( I haven’t done much cocoa-programming, and none with NSSpellChecker, so I’m probably underestimating the difficulty. But I decided to do a little research/thinking on this anyways, as this is similar to a part of something more ambitious I suggested a while ago.)

Interesting. I know this has been discussed, but I wanted to throw my support behind this idea, because it’s exactly what I was looking for. Basically, I was hoping there was a way for the dictionary to be able to read the titles of the character and location sheets and recognize them as proper nouns. Although, as Amber said earlier, if people don’t use the template sheets in that manner, it would be harder to implement something that would work across the board, and would take away from the flexibility of the program.

I didn’t realize that the dictionaries are built into the OS (I guess that’s something I got used to in the many years of using Word to do my writing. I remember being able to make a document-specific dictionary, where my character names were added to the main dictionary. It made spellchecking SO much easier and faster, and I didn’t accidentally ignore a real spelling error because I’d been hitting “ignore” so many times before). I’m on the Windows version, so I wasn’t sure if the spellchecker was handled the same way there.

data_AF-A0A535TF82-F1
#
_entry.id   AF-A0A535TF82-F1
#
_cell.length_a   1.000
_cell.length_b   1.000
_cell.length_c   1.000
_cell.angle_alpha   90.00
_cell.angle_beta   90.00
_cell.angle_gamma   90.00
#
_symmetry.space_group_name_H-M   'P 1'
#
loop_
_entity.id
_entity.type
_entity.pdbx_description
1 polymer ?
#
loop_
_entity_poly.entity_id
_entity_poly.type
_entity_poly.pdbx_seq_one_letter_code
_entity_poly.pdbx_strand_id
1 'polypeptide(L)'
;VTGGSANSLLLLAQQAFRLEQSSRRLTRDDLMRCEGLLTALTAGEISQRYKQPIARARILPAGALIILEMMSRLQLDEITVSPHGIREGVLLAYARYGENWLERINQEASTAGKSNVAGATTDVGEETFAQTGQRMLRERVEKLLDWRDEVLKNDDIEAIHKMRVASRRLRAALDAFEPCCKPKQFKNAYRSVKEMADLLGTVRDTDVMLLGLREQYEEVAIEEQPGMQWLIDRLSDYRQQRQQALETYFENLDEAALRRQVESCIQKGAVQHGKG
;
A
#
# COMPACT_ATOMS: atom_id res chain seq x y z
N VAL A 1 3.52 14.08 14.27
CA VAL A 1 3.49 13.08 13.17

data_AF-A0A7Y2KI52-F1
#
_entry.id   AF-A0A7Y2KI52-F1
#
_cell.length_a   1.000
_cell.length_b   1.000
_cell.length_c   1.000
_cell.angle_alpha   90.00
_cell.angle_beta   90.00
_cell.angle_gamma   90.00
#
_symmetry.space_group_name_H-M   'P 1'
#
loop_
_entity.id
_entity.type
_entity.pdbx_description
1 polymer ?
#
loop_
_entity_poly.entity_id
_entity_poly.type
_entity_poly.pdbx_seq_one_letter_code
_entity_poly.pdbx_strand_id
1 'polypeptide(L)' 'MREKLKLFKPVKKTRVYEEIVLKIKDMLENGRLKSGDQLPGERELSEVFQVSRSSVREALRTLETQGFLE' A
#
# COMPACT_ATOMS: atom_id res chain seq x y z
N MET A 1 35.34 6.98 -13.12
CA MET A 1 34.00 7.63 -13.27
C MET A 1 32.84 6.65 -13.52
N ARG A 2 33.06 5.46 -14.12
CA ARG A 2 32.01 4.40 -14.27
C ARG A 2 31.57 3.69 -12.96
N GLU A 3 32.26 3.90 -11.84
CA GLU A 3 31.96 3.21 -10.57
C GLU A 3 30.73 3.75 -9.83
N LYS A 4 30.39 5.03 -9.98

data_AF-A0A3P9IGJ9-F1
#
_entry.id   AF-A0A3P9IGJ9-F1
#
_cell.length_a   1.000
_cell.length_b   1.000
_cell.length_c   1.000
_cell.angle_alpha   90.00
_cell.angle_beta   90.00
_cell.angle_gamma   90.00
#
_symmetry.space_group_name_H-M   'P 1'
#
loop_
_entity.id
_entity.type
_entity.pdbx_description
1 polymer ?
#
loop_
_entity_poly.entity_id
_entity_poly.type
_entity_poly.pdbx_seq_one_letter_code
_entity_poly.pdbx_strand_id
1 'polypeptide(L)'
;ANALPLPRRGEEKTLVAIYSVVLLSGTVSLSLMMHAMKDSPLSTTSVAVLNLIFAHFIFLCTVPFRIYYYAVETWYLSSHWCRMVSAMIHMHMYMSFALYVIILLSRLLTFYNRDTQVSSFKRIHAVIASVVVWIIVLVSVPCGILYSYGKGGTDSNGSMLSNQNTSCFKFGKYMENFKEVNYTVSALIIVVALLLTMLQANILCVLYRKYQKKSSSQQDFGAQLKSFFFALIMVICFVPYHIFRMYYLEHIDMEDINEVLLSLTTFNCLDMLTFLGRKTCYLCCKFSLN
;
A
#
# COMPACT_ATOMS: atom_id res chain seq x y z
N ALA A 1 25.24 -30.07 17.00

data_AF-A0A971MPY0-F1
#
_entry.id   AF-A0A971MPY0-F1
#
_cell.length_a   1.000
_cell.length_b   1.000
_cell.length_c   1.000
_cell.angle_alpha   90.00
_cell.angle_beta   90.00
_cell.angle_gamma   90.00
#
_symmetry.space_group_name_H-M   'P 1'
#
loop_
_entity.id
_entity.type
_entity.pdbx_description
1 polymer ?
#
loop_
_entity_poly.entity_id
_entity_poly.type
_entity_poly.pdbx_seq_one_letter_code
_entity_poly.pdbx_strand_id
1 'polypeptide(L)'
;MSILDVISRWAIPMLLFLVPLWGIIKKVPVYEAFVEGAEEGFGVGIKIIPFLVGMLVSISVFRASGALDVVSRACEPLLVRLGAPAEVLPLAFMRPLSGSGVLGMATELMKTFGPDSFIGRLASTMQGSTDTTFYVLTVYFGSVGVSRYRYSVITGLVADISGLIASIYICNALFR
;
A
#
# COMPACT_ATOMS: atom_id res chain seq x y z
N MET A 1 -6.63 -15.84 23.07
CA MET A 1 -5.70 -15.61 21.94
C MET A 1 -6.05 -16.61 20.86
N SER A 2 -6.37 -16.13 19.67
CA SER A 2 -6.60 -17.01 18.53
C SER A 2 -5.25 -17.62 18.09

I do remember there being a browse option in the spellchecker (or in Word options?) where I did need to go in manually to change the dictionary file to the one I wanted to use for that document. It would default to the main one, usually, if I had opened another document in between, but stayed put if I closed the document, and reopened it again later. It would definitely be nice to be able to have something like that that Scrivener could use for custom words, that I could switch out for different projects. I don’t usually want names and words I made up for one world to be counted as correctly spelled in another project, dealing with another world entirely. :slight_smile:

Anyway, like I said, I know this idea had been discussed already, but just in case technology has changed enough to make something like this feasible, I wanted to bring the subject back up.